Oklahoma City enjoys a favorable, seasonally varied climate throughout the year. Summers are sunny and warm, winters are bright and cold, autumn is crisp, and springs are often wet. During the average year, skies are clear or partly sunny 65 percent of the time. And the air is clean. In fact, Oklahoma City is the largest geographic urban area in the U.S. that is in attainment with air quality standards set by the Environmental Protection Agency.
Oklahoma Storms: The Facts
While Oklahoma may be well known for some of its more dramatic weather, in reality, damaging storms are simply not that common. According to the National Severe Storms Laboratory, the chance of being struck by a tornado at any given point in Oklahoma is once in about 1400 years - and you would have to wait 4,000 years for a chance at being struck by a significant (F2+) tornado. As a comparison, the chance of a Category 1 (75+ mph) hurricane to strike a given point along the gulf or Atlantic coasts is once every 10 years. And since 1980, national damage estimates from hurricanes have totaled 8 times that of severe storms. The truth is, Oklahoma City boasts a great balance of weather.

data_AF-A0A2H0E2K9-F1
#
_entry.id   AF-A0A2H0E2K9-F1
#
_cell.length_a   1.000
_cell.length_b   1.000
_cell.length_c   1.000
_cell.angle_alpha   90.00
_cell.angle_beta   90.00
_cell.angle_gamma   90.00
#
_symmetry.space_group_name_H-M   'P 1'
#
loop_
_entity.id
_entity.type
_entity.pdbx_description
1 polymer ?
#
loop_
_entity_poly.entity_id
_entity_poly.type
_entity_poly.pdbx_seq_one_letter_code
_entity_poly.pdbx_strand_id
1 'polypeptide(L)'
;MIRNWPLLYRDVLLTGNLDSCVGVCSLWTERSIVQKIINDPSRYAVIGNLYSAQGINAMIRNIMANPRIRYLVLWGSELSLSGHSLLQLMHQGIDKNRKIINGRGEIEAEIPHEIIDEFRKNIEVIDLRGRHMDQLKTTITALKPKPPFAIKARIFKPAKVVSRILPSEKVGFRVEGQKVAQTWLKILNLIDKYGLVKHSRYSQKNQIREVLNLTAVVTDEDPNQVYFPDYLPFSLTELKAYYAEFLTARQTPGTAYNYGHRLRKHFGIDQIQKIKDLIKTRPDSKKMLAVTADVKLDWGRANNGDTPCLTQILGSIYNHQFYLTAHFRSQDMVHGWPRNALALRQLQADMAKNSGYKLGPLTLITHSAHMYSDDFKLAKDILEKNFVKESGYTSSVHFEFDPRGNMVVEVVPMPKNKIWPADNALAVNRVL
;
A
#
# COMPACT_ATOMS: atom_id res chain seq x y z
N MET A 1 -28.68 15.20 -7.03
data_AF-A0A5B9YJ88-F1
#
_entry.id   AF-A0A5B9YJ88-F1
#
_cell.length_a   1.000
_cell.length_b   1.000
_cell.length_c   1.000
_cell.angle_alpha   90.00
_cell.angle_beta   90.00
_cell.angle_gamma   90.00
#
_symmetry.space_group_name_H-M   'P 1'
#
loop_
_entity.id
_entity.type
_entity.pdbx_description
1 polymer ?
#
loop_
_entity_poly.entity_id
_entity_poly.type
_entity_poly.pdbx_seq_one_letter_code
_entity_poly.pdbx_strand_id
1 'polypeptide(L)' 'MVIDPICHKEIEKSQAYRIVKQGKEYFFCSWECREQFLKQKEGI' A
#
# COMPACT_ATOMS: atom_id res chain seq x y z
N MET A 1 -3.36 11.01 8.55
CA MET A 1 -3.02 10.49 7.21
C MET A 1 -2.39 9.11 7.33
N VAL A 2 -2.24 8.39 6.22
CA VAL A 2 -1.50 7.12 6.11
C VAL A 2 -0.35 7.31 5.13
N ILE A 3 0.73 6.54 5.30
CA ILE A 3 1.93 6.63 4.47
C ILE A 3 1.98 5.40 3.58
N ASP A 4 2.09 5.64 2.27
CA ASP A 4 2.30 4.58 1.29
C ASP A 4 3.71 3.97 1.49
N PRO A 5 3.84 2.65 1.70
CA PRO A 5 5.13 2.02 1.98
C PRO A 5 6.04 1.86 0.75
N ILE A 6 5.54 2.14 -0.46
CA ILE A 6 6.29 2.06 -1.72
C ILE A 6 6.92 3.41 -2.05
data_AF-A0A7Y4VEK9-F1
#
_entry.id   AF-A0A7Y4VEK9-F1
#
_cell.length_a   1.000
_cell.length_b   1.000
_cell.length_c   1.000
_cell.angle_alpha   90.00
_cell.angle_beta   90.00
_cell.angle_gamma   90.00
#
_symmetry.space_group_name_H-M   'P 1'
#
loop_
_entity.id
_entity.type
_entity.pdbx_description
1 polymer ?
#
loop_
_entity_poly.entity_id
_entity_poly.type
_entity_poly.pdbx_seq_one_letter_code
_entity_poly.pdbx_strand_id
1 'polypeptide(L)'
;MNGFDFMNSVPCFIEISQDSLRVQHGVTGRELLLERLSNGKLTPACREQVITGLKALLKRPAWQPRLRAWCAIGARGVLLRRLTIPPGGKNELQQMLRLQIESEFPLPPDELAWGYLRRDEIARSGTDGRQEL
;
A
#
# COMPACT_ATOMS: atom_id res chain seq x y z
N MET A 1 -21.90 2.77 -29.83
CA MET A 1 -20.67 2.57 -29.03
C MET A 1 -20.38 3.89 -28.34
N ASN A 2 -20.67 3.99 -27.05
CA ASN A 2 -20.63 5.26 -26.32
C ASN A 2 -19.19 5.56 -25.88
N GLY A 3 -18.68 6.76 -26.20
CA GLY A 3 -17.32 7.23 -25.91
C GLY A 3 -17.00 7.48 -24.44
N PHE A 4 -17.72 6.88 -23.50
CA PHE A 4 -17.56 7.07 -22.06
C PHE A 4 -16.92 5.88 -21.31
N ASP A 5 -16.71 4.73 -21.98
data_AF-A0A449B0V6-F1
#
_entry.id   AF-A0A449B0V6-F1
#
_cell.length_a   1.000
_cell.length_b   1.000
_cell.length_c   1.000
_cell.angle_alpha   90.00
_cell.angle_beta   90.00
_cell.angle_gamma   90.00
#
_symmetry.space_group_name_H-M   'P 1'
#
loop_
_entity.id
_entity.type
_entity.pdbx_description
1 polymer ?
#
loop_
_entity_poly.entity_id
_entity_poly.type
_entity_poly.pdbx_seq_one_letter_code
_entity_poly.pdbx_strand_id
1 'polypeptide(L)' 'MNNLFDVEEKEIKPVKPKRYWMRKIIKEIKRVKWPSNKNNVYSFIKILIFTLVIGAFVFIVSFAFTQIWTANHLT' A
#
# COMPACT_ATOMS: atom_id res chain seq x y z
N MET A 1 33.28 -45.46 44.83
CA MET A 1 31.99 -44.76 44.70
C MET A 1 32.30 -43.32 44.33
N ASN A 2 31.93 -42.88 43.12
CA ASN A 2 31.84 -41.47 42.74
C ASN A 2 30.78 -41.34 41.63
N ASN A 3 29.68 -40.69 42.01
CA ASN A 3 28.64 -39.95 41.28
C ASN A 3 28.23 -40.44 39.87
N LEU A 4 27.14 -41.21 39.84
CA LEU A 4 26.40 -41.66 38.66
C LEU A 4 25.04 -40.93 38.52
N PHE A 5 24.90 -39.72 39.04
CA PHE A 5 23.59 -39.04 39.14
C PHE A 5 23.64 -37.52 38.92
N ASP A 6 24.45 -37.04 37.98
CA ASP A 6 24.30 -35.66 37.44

Average Annual Precipitation:
Cutting Edge Meteorology
The Oklahoma City region is also a haven for meteorologists. The National Weather Center on the campus of the University of Oklahoma houses a unique confederation of University, National Oceanic and Atmospheric Administration (NOAA) and state organizations that work together in partnership to improve understanding of weather events. At 244,000-square-feet, it is one of the largest facilities of its kind in the world.
For more information about living in Oklahoma City, visit our Relocation site.